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Reduce Salt and Sodium in Your Diet

A key to healthy eating is choosing foods lower in salt and sodium. Most Americans consume more salt than they need. The current recommendation is to consume less than 2.4 grams (2,400 milligrams[mg] ) of sodium a day. That equals 6 grams (about 1 teaspoon) of table salt a day. The 6 grams include ALL salt and sodium consumed, including that used in cooking and at the table. For someone with high blood pressure, the doctor may advise eating less salt and sodium, as recent research has shown that people consuming diets of 1,500 mg of sodium had even better blood pressure lowering benefits. These lower-sodium diets also can keep blood pressure from rising and help blood pressure medicines work better.

Tips for Reducing Sodium in Your Diet
Buy fresh, plain frozen, or canned "with no salt added" vegetables.
Use fresh poultry, fish, and lean meat, rather than canned or processed types.
Use herbs, spices, and salt-free seasoning blends in cooking and at the table.
Cook rice, pasta, and hot cereals without salt. Cut back on instant or flavored rice, pasta, and cereal mixes, which usually have added salt.
Choose "convenience" foods that are lower in sodium. Cut back on frozen dinners, pizza, packaged mixes, canned soups or broths, and salad dressings — these often have a lot of sodium.
Rinse canned foods, such as tuna, to remove some sodium.
When available, buy low- or reduced-sodium, or no-salt-added versions of foods.
Choose ready-to-eat breakfast cereals that are lower in sodium.

Tips on Being a Smart Shopper
Read the food label to find out more about what is in the foods you eat
Buy fresh, plain frozen, or canned "with no salt added" vegetables
Choose foods that say:

sodium free
very low sodium
low sodium
reduced (or less) sodium
light in sodium
unsalted

Tips on How to Prepare Lower Salt Meals
Add less salt at the table and in cooking. Reduce the amount a little each day until none is used. Try spices and herbs instead
Cook with low-salt ingredients. Remove salt from recipes whenever possible. Rice, pasta, and hot cereals can be cooked with little or no salt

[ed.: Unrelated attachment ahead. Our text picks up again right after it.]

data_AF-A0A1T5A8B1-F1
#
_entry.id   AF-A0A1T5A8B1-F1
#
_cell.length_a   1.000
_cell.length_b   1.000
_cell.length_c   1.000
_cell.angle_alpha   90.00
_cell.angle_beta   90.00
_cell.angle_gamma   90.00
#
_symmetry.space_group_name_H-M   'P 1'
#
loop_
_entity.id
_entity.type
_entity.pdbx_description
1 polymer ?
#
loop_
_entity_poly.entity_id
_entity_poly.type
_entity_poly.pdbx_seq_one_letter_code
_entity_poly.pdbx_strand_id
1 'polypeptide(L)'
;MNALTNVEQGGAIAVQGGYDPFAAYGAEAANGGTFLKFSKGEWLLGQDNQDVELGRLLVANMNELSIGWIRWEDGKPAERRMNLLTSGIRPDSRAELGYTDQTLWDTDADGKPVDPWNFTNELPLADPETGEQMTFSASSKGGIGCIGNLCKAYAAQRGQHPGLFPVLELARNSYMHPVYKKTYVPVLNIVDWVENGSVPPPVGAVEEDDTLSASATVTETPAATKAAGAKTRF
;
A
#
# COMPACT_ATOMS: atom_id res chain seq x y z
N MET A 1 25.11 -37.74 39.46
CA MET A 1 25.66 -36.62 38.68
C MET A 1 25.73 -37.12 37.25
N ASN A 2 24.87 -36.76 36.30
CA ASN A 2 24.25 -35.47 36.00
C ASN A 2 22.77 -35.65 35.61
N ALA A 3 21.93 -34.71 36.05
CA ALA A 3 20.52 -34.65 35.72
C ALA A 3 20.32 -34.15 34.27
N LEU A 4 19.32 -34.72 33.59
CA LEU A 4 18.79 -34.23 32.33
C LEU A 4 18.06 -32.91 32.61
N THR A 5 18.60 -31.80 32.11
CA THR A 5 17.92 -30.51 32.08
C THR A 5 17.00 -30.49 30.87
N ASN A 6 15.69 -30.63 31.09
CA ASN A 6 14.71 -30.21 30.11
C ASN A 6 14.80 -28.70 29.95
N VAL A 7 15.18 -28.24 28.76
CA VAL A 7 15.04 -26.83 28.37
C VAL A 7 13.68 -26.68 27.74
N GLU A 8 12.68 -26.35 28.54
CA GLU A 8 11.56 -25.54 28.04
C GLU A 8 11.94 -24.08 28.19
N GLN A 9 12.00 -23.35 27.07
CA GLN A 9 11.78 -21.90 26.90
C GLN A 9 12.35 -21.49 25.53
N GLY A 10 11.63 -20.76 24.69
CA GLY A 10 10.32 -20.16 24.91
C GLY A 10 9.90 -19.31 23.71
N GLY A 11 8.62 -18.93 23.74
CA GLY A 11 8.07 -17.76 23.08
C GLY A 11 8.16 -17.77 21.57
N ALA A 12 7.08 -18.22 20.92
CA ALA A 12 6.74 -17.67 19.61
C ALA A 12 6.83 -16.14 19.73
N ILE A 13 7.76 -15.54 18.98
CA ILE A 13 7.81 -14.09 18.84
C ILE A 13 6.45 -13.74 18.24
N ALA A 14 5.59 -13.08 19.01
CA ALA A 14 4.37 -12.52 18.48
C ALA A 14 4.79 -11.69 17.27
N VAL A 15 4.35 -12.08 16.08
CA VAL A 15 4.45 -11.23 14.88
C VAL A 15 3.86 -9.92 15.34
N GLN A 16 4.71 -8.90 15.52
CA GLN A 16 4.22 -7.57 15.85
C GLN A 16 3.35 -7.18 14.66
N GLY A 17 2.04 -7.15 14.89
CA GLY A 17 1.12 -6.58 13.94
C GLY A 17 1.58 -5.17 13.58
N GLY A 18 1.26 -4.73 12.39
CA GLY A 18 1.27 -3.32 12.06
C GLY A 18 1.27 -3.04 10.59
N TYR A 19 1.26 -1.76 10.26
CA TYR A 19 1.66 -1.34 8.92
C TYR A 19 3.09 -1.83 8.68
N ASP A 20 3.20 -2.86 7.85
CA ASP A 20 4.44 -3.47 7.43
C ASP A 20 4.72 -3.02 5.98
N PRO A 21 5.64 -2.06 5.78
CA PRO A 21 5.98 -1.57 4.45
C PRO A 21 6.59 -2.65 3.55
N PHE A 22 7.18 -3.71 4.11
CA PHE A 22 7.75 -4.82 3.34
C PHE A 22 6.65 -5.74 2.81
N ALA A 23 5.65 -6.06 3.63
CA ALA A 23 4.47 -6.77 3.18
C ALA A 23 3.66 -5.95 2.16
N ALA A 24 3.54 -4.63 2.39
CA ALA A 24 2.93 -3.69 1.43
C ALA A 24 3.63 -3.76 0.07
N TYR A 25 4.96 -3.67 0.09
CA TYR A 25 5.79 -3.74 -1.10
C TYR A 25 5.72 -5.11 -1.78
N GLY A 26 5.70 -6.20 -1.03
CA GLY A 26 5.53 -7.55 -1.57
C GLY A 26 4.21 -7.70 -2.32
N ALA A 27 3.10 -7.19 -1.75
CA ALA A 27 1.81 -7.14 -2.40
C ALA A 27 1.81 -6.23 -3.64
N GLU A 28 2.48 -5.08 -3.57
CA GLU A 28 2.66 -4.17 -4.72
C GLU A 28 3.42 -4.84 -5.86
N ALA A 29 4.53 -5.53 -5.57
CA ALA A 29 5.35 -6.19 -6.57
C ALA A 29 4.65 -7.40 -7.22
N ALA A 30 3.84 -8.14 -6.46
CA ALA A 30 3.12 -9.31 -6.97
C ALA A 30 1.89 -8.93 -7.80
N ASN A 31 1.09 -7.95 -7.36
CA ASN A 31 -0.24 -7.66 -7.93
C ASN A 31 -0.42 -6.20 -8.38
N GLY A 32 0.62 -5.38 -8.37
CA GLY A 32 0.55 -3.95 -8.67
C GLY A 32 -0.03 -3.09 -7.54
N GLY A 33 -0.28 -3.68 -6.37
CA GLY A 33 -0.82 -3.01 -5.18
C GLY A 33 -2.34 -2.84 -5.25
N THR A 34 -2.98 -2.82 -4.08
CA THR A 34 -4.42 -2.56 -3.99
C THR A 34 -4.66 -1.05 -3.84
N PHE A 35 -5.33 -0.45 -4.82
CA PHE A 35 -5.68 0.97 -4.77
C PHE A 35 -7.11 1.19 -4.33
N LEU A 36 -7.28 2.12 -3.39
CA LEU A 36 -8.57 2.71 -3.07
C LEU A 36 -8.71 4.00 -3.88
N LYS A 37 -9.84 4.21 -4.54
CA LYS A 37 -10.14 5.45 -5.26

Use fewer sauces, mixes, and "instant" products this includes flavored rices, pasta, and cereal, which usually have salt added
Rinse salt from canned foods
Limit smoked, cured, or processed beef, pork, or poultry

Read the Food Label

Food labels can help you choose foods lower in sodium, as well as calories, saturated fat, total fat, and cholesterol. The label tells you:

Number Of Servings
The serving size is cup. The package contains about 3 servings.

Amount Per Serving
Nutrient amounts are given for one serving. If you eat more or less than a serving, add or subtract amounts. For example, if you eat 1 cup of peas, you need to double the nutrient amounts on the label.

Percent Daily Value
Percent Daily Value helps you compare products and tells you if the food is high or low in sodium. Choose products with the lowest Percent Daily Value for sodium.

Nutrients
You'll find the milligrams of sodium in one serving.

What to Look For On Food Labels

Compare Labels

Which of these two items is lower in sodium? To tell, check the Percent Daily Value. The answer is given below.

Frozen Peas

Serving Size cup
Servings Per Container about 3

Amount Per Serving
Calories 60 Calories from Fat 0

% Daily Value*
Total Fat 0g 0%
Saturated Fat 0g 0%
Cholesterol 0mg 0%
Sodium 125 mg 5%
Total Carbohydrate 11g 4%
Dietary Fiber 6g 22%
Sugars 5g
Protein 5g

Vitamin A 15% Vitamin C 30%
Calcium 0% Iron 6%
* Percent Daily Values are
based on a 2,000 calorie diet.

Canned Peas

Serving Size cup
Servings Per Container about 3

Amount Per Serving
Calories 60 Calories from Fat 0

% Daily Value*
Total Fat 0g 0%
Saturated Fat 0g 0%
Cholesterol 0mg 0%
Sodium 380 mg 16%
Total Carbohydrate 12g 4%
Dietary Fiber 3g 14%
Sugars 4g
Protein 4g

Vitamin A 6% Vitamin C 10%
Calcium 2% Iron 8%
* Percent Daily Values are
based on a 2,000 calorie diet.

ANSWER: The frozen peas. The canned peas have three times more sodium than the frozen peas.a

Quick Facts on Salt
Most sodium is consumed in the form of sodium chloride which is table salt. Other forms of sodium are also found in food, so watch out for salt AND sodium.
Try to have less than 2,400 milligrams of sodium a day — that's the same as 6 grams of salt a day, or about 1 teaspoon
That includes ALL sodium and salt — what's in the product, and added in cooking and at the table
Processed foods account for most of the sodium and salt consumed
Check food labels — sodium is in some foods you might not expect, such as soy sauce and some antacids
Kosher salt and sea salt are just that — salt. Don't forget to include them in adding up your sodium intake for the day
Reducing salt in the diet can lower blood pressure

Flavor That Food

Make foods tasty without using salt. Try these flavorings, spices, and herbs:

For Meat, Poultry, and Fish —
Beef Bay leaf, marjoram, nutmeg, onion, pepper, sage, thyme
Lamb Curry powder, garlic, rosemary, mint
Pork Garlic, onion, sage, pepper, oregano
Veal Bay leaf, curry powder, ginger, marjoram, oregano
Chicken Ginger, marjoram, oregano, paprika, poultry seasoning, rosemary, sage, tarragon, thyme
Fish Curry powder, dill, dry mustard, lemon juice, marjoram, paprika, pepper

For Vegetables —
Carrots Cinnamon, cloves, marjoram, nutmeg, rosemary, sage
Corn Cumin, curry powder, onion, paprika, parsley
Green Beans Dill, curry powder, lemon juice, marjoram, oregano, tarragon, thyme
Greens Onion, Pepper
Peas Ginger, marjoram, onion, parsley, sage
Potatoes Dill, garlic, onion, paprika, parsley, sage
Summer Squash Cloves, curry powder, marjoram, nutmeg, rosemary, sage
Winter Squash Cinnamon, ginger, nutmeg, onion
Tomatoes Basil, bay leaf, dill, marjoram, onion, oregano, parsley, pepper.

 

 
     
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